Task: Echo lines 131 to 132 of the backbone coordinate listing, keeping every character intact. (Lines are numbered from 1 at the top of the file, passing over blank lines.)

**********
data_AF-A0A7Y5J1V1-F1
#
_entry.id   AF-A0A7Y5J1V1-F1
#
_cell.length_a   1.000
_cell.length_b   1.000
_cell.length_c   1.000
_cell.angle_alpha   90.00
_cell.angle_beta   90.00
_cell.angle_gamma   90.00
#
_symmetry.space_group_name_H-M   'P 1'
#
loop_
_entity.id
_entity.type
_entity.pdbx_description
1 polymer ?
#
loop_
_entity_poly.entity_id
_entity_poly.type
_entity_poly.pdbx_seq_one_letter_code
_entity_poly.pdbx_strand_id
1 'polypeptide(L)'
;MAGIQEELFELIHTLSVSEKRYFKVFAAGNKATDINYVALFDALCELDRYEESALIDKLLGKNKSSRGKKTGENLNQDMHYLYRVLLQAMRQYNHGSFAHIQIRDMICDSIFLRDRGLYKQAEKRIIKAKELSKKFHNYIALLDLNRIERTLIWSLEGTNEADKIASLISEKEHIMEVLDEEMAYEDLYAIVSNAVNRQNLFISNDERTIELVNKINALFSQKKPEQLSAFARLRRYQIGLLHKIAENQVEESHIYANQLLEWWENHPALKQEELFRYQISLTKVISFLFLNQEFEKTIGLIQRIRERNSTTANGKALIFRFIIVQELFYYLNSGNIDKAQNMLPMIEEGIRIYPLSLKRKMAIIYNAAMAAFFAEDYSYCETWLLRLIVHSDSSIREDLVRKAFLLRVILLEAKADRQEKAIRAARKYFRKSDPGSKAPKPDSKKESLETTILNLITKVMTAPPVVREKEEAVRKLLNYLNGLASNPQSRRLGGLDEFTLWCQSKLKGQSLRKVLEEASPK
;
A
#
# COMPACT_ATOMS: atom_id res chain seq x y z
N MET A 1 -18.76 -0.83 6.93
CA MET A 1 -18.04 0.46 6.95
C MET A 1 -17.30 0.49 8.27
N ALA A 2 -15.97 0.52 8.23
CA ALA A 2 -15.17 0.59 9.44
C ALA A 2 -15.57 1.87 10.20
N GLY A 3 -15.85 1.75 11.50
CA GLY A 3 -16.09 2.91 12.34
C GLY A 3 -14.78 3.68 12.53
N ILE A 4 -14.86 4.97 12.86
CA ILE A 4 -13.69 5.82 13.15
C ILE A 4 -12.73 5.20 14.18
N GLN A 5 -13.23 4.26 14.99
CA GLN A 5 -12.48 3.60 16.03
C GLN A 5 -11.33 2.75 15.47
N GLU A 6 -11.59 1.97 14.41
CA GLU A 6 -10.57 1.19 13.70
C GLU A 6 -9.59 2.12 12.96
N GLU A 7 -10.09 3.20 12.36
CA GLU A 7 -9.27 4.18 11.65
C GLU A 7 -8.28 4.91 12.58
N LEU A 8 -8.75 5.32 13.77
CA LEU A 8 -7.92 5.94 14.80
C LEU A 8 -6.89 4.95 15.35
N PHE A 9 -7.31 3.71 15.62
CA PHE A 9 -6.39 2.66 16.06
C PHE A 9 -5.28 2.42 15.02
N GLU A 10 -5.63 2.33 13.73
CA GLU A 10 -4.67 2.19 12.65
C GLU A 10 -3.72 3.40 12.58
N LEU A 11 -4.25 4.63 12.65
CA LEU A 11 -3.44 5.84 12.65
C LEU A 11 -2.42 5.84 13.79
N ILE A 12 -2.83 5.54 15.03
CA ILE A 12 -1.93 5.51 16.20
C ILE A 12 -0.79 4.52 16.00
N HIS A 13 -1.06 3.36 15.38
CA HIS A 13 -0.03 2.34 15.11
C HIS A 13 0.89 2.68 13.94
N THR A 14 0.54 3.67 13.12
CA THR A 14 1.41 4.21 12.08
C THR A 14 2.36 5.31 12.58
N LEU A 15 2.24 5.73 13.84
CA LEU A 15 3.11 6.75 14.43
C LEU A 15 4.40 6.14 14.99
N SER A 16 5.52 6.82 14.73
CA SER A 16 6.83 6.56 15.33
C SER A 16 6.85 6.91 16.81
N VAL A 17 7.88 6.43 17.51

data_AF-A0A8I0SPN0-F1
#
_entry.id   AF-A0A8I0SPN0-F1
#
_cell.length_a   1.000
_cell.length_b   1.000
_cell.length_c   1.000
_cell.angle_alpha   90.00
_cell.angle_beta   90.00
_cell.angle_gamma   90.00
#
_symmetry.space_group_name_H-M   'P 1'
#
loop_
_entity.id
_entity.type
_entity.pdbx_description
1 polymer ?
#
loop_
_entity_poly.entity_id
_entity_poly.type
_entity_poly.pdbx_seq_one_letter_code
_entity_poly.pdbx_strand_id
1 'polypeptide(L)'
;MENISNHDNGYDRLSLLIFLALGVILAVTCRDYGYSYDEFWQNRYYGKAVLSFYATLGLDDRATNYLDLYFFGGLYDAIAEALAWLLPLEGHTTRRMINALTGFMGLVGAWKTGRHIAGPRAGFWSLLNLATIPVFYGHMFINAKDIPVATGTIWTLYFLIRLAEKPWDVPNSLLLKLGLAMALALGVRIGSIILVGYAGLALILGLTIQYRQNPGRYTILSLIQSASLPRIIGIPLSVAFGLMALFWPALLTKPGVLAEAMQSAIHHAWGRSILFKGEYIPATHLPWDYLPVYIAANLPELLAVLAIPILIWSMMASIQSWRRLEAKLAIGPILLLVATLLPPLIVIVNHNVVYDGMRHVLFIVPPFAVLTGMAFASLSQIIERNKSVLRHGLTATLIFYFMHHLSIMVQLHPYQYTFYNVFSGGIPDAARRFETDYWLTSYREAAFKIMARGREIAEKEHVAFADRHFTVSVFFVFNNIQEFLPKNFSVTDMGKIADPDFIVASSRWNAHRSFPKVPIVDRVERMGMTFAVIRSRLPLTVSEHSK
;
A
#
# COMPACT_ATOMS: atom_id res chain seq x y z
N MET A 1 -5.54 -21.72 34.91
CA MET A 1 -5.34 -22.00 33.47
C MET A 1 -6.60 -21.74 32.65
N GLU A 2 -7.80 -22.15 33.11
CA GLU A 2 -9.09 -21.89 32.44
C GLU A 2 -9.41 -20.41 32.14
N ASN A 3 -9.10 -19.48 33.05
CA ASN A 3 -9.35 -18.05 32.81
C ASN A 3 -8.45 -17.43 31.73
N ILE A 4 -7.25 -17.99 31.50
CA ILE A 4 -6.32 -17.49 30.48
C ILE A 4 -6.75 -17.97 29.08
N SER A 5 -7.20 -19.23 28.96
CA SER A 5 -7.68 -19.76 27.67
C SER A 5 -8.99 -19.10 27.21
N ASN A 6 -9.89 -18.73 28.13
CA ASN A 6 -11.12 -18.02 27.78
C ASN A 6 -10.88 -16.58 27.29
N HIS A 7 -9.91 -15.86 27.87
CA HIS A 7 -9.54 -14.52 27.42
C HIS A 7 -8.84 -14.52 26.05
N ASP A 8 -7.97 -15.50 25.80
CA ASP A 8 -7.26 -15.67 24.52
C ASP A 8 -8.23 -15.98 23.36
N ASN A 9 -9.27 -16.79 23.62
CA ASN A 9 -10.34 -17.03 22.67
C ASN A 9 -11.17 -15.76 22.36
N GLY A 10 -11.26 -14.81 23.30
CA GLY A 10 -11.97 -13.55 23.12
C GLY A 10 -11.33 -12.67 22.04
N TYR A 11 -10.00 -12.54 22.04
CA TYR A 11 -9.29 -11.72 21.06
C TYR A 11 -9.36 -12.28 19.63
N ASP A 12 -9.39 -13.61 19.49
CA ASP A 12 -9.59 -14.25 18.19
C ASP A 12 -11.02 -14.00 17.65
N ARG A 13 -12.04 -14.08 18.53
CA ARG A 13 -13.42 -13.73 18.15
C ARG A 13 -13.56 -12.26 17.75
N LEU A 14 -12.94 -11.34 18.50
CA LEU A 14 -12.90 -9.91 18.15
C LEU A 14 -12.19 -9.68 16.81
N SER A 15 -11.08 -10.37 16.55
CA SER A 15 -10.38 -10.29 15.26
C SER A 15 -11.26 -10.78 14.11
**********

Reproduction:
N ASP A 8 -7.97 -15.50 25.80
CA ASP A 8 -7.26 -15.67 24.52